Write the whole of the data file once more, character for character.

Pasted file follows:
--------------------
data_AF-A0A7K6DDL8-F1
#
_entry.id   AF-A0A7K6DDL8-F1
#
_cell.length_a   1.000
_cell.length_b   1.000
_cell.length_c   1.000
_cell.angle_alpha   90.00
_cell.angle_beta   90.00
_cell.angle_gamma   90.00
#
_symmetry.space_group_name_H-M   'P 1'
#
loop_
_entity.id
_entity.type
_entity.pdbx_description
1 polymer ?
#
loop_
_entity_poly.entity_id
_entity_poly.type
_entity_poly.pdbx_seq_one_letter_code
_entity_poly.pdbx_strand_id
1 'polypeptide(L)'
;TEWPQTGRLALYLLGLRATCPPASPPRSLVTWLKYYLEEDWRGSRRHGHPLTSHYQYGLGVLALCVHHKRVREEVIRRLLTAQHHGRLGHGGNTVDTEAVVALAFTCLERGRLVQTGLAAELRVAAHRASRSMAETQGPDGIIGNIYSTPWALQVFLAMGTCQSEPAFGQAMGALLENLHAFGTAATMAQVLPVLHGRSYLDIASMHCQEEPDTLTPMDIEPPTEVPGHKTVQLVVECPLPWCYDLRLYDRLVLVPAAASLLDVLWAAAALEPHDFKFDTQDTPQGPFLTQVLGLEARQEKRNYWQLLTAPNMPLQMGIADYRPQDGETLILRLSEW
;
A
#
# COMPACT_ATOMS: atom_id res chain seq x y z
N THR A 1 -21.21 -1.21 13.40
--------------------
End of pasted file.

data_AF-A0A7K6DDL8-F1
#
_entry.id   AF-A0A7K6DDL8-F1
#
_cell.length_a   1.000
_cell.length_b   1.000
_cell.length_c   1.000
_cell.angle_alpha   90.00
_cell.angle_beta   90.00
_cell.angle_gamma   90.00
#
_symmetry.space_group_name_H-M   'P 1'
#
loop_
_entity.id
_entity.type
_entity.pdbx_description
1 polymer ?
#
loop_
_entity_poly.entity_id
_entity_poly.type
_entity_poly.pdbx_seq_one_letter_code
_entity_poly.pdbx_strand_id
1 'polypeptide(L)'
;TEWPQTGRLALYLLGLRATCPPASPPRSLVTWLKYYLEEDWRGSRRHGHPLTSHYQYGLGVLALCVHHKRVREEVIRRLLTAQHHGRLGHGGNTVDTEAVVALAFTCLERGRLVQTGLAAELRVAAHRASRSMAETQGPDGIIGNIYSTPWALQVFLAMGTCQSEPAFGQAMGALLENLHAFGTAATMAQVLPVLHGRSYLDIASMHCQEEPDTLTPMDIEPPTEVPGHKTVQLVVECPLPWCYDLRLYDRLVLVPAAASLLDVLWAAAALEPHDFKFDTQDTPQGPFLTQVLGLEARQEKRNYWQLLTAPNMPLQMGIADYRPQDGETLILRLSEW
;
A
#
# COMPACT_ATOMS: atom_id res chain seq x y z
N THR A 1 -21.21 -1.21 13.40